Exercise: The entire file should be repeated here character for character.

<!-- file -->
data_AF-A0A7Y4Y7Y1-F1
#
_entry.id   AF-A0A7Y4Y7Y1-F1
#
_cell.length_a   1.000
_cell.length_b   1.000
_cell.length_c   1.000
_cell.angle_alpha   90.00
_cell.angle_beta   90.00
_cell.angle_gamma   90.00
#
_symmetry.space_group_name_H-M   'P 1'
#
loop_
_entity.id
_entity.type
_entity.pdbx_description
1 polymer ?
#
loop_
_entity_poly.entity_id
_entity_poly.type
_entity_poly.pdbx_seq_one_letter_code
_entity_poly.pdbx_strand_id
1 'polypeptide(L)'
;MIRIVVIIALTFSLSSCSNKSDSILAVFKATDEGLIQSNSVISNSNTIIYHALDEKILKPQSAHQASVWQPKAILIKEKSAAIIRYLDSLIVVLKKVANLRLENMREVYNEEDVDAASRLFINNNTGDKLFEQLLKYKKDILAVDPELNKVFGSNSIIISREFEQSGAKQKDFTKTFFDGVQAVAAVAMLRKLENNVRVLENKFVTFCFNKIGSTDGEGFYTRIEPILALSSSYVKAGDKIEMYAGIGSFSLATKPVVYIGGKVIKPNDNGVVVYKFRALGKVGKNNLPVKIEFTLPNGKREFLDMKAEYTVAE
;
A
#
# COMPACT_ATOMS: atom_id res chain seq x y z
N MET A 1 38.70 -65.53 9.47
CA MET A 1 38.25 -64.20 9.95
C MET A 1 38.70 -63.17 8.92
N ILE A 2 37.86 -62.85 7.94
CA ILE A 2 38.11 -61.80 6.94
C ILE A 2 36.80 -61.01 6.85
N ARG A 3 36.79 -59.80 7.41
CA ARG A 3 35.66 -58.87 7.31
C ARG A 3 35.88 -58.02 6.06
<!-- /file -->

data_AF-A0A7Y4Y7Y1-F1
#
_entry.id   AF-A0A7Y4Y7Y1-F1
#
_cell.length_a   1.000
_cell.length_b   1.000
_cell.length_c   1.000
_cell.angle_alpha   90.00
_cell.angle_beta   90.00
_cell.angle_gamma   90.00
#
_symmetry.space_group_name_H-M   'P 1'
#
loop_
_entity.id
_entity.type
_entity.pdbx_description
1 polymer ?
#
loop_
_entity_poly.entity_id
_entity_poly.type
_entity_poly.pdbx_seq_one_letter_code
_entity_poly.pdbx_strand_id
1 'polypeptide(L)'
;MIRIVVIIALTFSLSSCSNKSDSILAVFKATDEGLIQSNSVISNSNTIIYHALDEKILKPQSAHQASVWQPKAILIKEKSAAIIRYLDSLIVVLKKVANLRLENMREVYNEEDVDAASRLFINNNTGDKLFEQLLKYKKDILAVDPELNKVFGSNSIIISREFEQSGAKQKDFTKTFFDGVQAVAAVAMLRKLENNVRVLENKFVTFCFNKIGSTDGEGFYTRIEPILALSSSYVKAGDKIEMYAGIGSFSLATKPVVYIGGKVIKPNDNGVVVYKFRALGKVGKNNLPVKIEFTLPNGKREFLDMKAEYTVAE
;
A
#
# COMPACT_ATOMS: atom_id res chain seq x y z
N MET A 1 38.70 -65.53 9.47
CA MET A 1 38.25 -64.20 9.95
C MET A 1 38.70 -63.17 8.92
N ILE A 2 37.86 -62.85 7.94
CA ILE A 2 38.11 -61.80 6.94
C ILE A 2 36.80 -61.01 6.85
N ARG A 3 36.79 -59.80 7.41
CA ARG A 3 35.66 -58.87 7.31
C ARG A 3 35.88 -58.02 6.06